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How to Create Einkorn Sourdough Starter

How to Create Einkorn Sourdough Starter

Mastering Einkorn Sourdough Bread is a new collection of instructional videos, along with step-by-step recipes and photos, that will coach you on your journey to becoming an experienced einkorn sourdough bread baker. In Lesson 1, Carla demonstrates how to create an einkorn sourdough starter.

It seems only natural to bake einkorn bread with the same techniques used thousands of years ago, and if you have a sensitivity to gluten, it makes even more sense. Baking bread with sourdough starter is a very forgiving process that offers many health benefits.

  • Wild yeasts ferment dough without active dry yeast, creating a slower rise that enables enzymes to develop and digest starches and proteins.
  • Some believe that the creation of commercial yeast, used to speed up the bread-baking process, may be a contributing factor in making bread harder to digest.
  • Sourdough creates bread with a lower glycemic index.
  • Bread baked with sourdough is more flavorful and the bread will stay fresher longer.
  • A slow rise with sourdough is suited to the weak gluten in einkorn.

Creating your very own starter is the first step. It is not necessarily difficult, but the time it takes for the starter to become ready to use will vary from kitchen to kitchen. That’s the challenge, believing it will work and having the patience to see the process through to the end. Our process creates a firm starter, which is a bit trickier to get going, but longterm, it will reward you with a very stable starter that needs minimal maintenance and will live on for years to come.

Here are a few terms to understand:

  • Sourdough – Grains contain wild yeasts and they remain alive in flour. When these yeasts are mixed with water and left to sit out at room temperature, they ferment and multiply. The process is similar to making yogurt or vinegar, hence the word sourdough, which describes a sour piece of dough that you keep alive and use to bake bread. 
  • Starter – Once mature, a small amount of your starter will be mixed into a bread dough, causing it to ferment and form bubbles or make the dough rise.
  • Refresh – As your starter ferments, it needs fresh water and flour to consume in order to stay alive. Refreshing your starter means adding fresh water and flour to a piece of existing starter. At first, you will refresh many times to get your starter strong, discarding excess, then you will only refresh when your starter runs low.

Although we list cups and tablespoons in the recipe, we strongly recommend that you use a baking scale to measure all of the ingredients in grams, including the water. It will help make a mysterious process foolproof, especially with einkorn.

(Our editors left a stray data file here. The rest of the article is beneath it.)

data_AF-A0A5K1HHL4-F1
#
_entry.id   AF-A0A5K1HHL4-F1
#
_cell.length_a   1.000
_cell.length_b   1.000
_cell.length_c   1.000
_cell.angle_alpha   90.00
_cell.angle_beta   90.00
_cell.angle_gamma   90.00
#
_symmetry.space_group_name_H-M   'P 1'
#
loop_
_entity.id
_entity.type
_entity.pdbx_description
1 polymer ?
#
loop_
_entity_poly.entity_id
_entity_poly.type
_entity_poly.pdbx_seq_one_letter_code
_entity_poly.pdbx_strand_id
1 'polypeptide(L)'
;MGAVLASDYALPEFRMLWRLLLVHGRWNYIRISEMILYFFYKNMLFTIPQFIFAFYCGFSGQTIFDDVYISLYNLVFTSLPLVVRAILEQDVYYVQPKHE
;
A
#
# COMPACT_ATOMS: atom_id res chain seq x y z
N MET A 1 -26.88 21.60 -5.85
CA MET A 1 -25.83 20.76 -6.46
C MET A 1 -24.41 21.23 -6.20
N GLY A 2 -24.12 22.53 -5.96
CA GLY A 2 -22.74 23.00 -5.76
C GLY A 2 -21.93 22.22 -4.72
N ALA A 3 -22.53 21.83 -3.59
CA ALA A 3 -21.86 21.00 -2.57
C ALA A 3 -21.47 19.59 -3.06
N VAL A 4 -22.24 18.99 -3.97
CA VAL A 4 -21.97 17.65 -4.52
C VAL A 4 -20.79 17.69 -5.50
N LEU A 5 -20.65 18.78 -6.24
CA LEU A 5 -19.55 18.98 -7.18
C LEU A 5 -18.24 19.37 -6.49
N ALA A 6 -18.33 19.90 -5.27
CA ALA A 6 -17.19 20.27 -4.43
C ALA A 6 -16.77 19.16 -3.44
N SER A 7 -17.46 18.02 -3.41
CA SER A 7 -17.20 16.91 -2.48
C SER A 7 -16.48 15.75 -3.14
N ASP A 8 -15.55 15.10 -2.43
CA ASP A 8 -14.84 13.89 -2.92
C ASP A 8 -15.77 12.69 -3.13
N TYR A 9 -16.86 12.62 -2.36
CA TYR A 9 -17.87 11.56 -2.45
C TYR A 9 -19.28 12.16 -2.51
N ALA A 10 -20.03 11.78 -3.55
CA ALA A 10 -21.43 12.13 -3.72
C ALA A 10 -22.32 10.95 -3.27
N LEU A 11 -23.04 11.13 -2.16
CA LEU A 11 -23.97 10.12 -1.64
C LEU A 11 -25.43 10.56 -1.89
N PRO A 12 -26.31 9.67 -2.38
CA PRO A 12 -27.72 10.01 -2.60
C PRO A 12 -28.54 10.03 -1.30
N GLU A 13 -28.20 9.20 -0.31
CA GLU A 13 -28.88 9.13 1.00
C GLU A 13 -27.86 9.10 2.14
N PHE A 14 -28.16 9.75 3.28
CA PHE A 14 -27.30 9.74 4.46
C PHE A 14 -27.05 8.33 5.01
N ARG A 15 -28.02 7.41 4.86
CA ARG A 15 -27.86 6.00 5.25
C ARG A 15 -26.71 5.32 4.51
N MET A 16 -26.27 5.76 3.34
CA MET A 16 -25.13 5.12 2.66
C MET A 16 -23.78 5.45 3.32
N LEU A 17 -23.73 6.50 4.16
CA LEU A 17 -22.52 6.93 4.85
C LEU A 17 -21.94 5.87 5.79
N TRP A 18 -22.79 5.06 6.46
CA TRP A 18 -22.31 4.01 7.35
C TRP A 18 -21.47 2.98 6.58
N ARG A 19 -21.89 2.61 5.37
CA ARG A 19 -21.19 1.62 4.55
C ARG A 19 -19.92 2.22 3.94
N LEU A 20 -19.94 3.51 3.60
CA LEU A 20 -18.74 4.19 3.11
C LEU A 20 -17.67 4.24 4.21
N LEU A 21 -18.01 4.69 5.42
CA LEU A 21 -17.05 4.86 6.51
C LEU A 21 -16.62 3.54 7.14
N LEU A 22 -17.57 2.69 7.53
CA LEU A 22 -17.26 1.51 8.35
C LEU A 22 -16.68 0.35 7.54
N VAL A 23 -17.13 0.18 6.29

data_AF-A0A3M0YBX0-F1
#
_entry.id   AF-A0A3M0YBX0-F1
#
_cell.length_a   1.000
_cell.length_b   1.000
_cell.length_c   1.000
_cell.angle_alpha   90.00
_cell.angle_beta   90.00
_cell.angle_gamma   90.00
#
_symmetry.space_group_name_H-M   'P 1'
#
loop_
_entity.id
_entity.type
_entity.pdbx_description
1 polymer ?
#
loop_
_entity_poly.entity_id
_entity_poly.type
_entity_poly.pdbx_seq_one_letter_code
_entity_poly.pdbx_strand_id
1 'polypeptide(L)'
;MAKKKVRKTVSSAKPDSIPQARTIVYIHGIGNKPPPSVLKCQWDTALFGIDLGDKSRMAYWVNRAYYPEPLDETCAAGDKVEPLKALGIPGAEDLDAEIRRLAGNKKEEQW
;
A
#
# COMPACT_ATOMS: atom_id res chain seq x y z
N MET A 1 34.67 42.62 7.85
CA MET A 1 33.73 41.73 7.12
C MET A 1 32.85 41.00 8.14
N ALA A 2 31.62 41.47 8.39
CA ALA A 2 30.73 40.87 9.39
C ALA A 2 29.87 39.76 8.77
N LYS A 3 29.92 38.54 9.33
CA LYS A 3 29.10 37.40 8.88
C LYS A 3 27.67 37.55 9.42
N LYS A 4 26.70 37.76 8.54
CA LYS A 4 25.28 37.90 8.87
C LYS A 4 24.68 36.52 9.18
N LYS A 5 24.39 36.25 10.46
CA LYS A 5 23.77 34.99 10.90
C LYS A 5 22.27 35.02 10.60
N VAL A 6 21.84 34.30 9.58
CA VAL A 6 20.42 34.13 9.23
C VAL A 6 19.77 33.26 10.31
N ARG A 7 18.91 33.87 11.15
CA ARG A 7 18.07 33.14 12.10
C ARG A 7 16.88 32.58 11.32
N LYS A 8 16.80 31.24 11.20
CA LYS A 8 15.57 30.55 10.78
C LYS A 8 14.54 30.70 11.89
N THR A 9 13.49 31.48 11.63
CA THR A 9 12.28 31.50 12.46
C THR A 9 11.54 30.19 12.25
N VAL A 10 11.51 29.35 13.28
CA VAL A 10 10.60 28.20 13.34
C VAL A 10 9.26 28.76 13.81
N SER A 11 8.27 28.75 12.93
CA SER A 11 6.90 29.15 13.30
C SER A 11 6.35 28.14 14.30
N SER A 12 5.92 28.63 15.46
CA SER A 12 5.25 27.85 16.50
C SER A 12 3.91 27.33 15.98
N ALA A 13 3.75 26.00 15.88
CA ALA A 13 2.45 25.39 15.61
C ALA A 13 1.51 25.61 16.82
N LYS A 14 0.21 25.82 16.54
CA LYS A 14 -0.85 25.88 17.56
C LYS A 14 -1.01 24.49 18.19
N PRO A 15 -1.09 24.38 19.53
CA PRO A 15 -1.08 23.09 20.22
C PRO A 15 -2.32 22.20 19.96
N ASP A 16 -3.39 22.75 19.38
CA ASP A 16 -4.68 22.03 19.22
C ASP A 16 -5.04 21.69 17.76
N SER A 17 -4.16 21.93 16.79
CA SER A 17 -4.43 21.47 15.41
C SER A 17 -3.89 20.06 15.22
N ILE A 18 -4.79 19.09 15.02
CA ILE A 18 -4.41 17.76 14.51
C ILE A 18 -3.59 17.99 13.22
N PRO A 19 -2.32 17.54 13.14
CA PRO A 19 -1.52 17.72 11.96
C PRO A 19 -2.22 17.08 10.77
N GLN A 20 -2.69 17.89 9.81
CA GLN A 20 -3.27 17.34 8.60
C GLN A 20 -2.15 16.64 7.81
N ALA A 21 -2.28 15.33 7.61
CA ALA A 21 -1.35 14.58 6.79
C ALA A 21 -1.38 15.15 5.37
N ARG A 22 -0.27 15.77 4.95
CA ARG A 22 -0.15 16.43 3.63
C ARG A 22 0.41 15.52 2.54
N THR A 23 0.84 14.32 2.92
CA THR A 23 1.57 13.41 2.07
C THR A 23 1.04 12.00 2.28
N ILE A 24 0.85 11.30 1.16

DAY 1

Ingredients

  • 3 tablespoons (45 g) warm water at 100˚F
  • ½ cup einkorn flour: (60 g) jovial All-Purpose Einkorn Flour or (48 g) jovial Whole Grain Einkorn Flour

Instructions

  1. Mix flour and water in a small bowl to form a wet dough that is tacky to the touch.
  2. Transfer the dough to a glass container tightly sealed with a lid or plastic wrap. Let rest at room temperature in a kitchen cabinet for 48 hours.

DAY 3

Ingredients

  • All the starter from Day 1 (at least 10 g)
  • 2 tablespoons (30 g) warm water at 100˚F
  • ½ cup einkorn flour: (60 g) jovial All-Purpose Einkorn Flour or (48 g) jovial Whole Grain Einkorn Flour

Instructions

  1. If you see a greyish hue on the surface of the starter, push it to the side. Spoon out the creamy golden starter into a clean bowl. 
  2. Mix water into the starter until dissolved, then mix in the flour and form a wet dough.
  3. Transfer this dough to a clean glass container sealed tightly with a lid or plastic wrap at room temperature in a kitchen cabinet for 24 hours.

DAY 4

Ingredients

  • All the starter from Day 3 (at least 10 g)
  • 2 tablespoons (30 g) warm water at 100˚F
  • ½ cup of einkorn flour: (60 g) jovial All-Purpose Einkorn Flour or (48 g) jovial Whole Grain Einkorn Flour

Instructions

  1. If you see a greyish hue on the surface of the starter, push it aside with a fork. Spoon out the creamy golden starter into a small bowl.
  2. Mix water into the starter until dissolved, then mix in the flour and form a wet dough. 
  3. Transfer the dough to a clean glass container sealed with a lid or plastic wrap at room temperature in a kitchen cabinet for 24 hours.

DAY 5

Today is the first day you will refresh your starter, which you will repeat once a day until it rises up and forms bubbles within 6 to 12 hours. That may happen after a few days, or it may take longer. This is where the patience comes in, as the process does vary from kitchen to kitchen. People always ask, “how will I know when my starter is ready?” Until you see your starter bubbling in this time frame (6-10 hours), your starter is not ready for baking bread.